“That is nice a idea to try, but don’t expect anyone outside your group to do it.”
“I would do it, but our company has already adopted X, so there is no use in trying.”
“There is just not enough time in this release to try something new. Let’s do that later.”
At some point every Team member, ScrumMaster and Product Owner has heard those words (or their common variations) while trying to adopt Scrum, Agile or any new idea that shakes up the status quo. When repeated frequently, these phrases diminish an individual’s engagement and passion. The commonality in all these quotes is that a good-natured person with their heart in the right place is trying to change things beyond their sphere of control, encountering resistance and then being turned aside by someone. To break this cycle, a change agent needs a collection of strategies which will successfully influence people to join the them to make things better. What a change agents needs is someone to join them on their Fearless Journey.
I first encountered Fearless Journey (which is based on the change patterns found in the book Fearless Change) when I attended a consultant’s retreat on Agile Chartering in the Fall of 2014. My friend Deb Hartmann Preuss introduced me to this simple game. Immediately, I found the whole idea intriguing because the game was just a simple deck of playing cards. The key difference is that instead of having hearts, spades, diamonds, kings, queens and jacks, the Fearless Journey deck has forty-six of the change patterns from the book printed on them.
One note before we begin the explanation of the game, if what the participants of the game want to change is within their control, then Fearless Journey is not for them. In these cases, I suggest using a technique called Circles and Soup from Diana Larsen. Fearless Journey works best when the object of change is outside the direct control of the participants.
Before dealing out the cards from the deck, the game facilitator will help the players brainstorm for six to eight minutes to identify anywhere from five to ten obstacles, impediments or challenges confronting them. In this stage, it is very common for the participants to focus on their current day-to-day challenges – some type of delay, poor quality of something or another, lack of adherence to this standard or that. Generally, the list of impediments will be something very tactical and tangible for the participants. That is fine since when you ask people what is bothering them, they tell you what is on their mind. Hopefully, the players will recognize some commonality in their impediments and\or duplication. The key is to find an obstacle that all of them face. Use this obstacle for the next stage.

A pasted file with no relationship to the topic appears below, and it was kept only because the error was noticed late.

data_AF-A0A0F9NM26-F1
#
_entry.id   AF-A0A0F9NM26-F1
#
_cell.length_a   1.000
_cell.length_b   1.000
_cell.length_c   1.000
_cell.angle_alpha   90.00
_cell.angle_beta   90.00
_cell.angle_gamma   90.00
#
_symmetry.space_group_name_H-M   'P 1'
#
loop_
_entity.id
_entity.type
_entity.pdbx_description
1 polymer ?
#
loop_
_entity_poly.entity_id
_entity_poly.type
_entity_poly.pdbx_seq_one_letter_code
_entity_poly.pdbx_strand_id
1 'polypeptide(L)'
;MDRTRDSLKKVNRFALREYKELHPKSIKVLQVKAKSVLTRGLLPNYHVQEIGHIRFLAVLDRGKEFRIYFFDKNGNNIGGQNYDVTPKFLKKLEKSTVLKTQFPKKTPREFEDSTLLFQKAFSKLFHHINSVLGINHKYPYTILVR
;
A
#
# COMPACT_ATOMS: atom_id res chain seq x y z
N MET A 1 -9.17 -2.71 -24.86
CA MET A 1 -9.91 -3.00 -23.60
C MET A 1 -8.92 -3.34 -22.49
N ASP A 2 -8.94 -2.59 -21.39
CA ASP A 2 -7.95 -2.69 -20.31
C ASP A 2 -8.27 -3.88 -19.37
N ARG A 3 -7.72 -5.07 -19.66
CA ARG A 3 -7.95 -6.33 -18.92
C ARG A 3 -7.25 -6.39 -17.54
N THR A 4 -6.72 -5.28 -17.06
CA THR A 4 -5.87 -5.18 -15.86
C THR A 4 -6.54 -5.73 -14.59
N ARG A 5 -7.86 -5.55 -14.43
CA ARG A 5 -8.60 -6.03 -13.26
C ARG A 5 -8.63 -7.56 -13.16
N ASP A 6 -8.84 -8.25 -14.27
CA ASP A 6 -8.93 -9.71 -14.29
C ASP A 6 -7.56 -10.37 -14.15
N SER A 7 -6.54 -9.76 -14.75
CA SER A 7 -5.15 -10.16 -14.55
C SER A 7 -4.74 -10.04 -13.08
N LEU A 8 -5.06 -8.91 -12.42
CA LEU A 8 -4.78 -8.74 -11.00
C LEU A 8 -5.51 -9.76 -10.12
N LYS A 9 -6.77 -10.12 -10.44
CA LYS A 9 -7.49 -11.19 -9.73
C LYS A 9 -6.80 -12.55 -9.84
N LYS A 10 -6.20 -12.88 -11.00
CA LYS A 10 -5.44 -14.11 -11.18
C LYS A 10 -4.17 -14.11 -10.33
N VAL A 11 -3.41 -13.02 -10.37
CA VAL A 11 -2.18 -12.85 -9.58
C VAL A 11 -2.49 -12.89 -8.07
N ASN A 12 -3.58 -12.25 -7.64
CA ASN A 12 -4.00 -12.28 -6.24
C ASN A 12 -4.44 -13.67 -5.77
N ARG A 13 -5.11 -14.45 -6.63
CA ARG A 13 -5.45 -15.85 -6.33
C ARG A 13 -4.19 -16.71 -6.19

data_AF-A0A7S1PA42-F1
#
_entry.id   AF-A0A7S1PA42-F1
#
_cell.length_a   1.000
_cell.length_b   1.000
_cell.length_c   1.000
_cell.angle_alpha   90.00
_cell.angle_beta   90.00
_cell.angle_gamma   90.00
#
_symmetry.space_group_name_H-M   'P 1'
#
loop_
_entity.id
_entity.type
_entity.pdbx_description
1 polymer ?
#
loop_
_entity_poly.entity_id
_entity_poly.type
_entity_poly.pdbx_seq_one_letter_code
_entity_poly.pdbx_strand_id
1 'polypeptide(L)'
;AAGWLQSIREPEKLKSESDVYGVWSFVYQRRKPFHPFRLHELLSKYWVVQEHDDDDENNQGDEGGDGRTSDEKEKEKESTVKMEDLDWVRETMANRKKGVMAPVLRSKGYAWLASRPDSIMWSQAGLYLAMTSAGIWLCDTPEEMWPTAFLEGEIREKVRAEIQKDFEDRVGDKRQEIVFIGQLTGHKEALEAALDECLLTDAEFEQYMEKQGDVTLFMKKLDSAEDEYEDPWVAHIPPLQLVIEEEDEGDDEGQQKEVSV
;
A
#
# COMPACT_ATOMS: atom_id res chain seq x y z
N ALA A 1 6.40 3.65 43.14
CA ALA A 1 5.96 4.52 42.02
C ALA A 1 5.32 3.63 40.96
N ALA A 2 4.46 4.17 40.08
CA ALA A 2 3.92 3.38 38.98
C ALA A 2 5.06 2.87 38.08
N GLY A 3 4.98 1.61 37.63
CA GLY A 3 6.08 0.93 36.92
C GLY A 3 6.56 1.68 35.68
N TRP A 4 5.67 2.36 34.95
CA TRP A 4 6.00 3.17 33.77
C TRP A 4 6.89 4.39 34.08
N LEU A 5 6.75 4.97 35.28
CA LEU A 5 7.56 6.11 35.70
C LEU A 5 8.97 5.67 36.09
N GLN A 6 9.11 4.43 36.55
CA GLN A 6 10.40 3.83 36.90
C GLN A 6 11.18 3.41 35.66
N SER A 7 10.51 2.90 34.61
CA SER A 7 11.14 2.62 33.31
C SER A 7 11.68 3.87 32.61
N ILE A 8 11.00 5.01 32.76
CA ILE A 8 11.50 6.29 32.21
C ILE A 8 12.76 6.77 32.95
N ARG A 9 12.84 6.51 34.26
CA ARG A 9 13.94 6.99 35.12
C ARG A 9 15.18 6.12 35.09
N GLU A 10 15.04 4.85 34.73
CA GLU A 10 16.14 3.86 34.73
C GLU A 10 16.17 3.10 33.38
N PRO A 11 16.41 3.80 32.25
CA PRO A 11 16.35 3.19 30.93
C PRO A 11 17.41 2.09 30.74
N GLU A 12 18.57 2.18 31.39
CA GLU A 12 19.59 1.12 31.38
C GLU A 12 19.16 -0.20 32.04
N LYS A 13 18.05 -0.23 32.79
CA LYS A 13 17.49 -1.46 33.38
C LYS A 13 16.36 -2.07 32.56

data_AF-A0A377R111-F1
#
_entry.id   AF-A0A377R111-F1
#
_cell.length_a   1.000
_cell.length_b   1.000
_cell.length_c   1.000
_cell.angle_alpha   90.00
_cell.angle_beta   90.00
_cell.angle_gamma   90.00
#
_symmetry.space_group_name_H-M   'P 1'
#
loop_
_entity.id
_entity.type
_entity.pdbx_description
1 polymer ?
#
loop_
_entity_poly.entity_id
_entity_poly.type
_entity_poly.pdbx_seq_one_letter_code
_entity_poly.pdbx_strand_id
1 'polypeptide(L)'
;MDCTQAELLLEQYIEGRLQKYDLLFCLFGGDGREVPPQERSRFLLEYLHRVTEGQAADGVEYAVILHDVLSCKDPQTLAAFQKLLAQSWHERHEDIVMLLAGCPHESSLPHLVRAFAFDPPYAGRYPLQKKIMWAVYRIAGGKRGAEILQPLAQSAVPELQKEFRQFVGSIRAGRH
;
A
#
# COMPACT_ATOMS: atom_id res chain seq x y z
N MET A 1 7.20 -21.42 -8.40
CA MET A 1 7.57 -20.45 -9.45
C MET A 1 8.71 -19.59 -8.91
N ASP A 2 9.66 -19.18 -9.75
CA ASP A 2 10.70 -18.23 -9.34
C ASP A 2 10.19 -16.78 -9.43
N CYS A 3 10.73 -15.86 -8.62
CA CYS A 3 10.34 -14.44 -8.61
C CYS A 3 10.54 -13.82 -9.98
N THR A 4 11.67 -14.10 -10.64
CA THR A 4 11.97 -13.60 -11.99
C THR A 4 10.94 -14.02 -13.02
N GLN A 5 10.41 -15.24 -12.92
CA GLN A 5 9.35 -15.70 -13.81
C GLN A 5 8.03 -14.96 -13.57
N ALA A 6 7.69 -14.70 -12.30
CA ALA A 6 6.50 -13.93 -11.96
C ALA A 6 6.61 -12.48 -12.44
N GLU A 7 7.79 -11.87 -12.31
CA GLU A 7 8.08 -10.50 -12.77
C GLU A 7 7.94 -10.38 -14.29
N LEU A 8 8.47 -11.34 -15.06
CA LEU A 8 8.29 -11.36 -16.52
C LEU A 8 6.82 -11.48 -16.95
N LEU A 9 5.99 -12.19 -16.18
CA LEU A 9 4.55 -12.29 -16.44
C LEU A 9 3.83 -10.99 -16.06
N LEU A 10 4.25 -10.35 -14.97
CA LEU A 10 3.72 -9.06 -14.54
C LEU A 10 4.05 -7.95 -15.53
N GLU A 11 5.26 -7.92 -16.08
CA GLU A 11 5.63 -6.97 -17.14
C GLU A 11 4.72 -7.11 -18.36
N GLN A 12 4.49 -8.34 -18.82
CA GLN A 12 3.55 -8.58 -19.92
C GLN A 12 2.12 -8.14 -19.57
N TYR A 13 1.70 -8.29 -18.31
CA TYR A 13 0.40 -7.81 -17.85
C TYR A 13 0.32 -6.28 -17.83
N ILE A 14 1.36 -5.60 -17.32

The next step is a little tricky, so pay attention. Fearless Journey is about helping the participants go from their current reality to a new reality where their world has changed dramatically. Not only have they solved their common impediment but all the little problems they identified are gone as well – a miracle has happened. The facilitator asks the participants, “So what would have changed in order for this miracle to have occurred?”
Usually, there is a moment of silence (or a few people object to the use of magic), then the ideas start flowing and this where the facilitator needs to listen carefully. Almost always the facilitator needs to keep probing and ask the miracle question again, “So if they agreed to X, what miracle would have had happened then?” or “What miracle would have happened for everyone to see the impact of Y?”
Keep asking until you get someone to say, “If that happened, I better start looking for a new job” and everyone laughs. Or someone might say, “If you could make that miracle happen, I’d give you a million dollars” and everyone laughs. When you get to the laughter, you know you are close to your objective. Once you unearth that dark, gallows laughter – the laughter of disbelief – you know you have found the new reality the players are searching for, the reality the eliminates all the obstacles in front of the players. A reality that none of the players think is possible, but a reality Fearless Journey is specifically designed to help them see is really possible. This new reality is the destination for their Fearless Journey.
Once you get to that goal, write it on a post-it note and on another post-it note write, “Now” (or “Today”). On one end of the table, place the post-it note that says “Now” and about five feet away place the post-it with their future, aspirational goal. In a second round of brainstorming, ask the players to identify between four to eight obstacles, one per post-it note, blocking them from reaching their new reality. This process normally goes fairly quickly, but be careful the players do not engage in too much problem solving at this step. All we want is a list. When they have completed making their list of impediments, ask the participants to place the post-it notes in a line between “Now” and their future state. This line now represents all the obstacles in their way of their Fearless Journey.
This article is getting a bit long, so I will publish a follow-up article to review the game mechanics.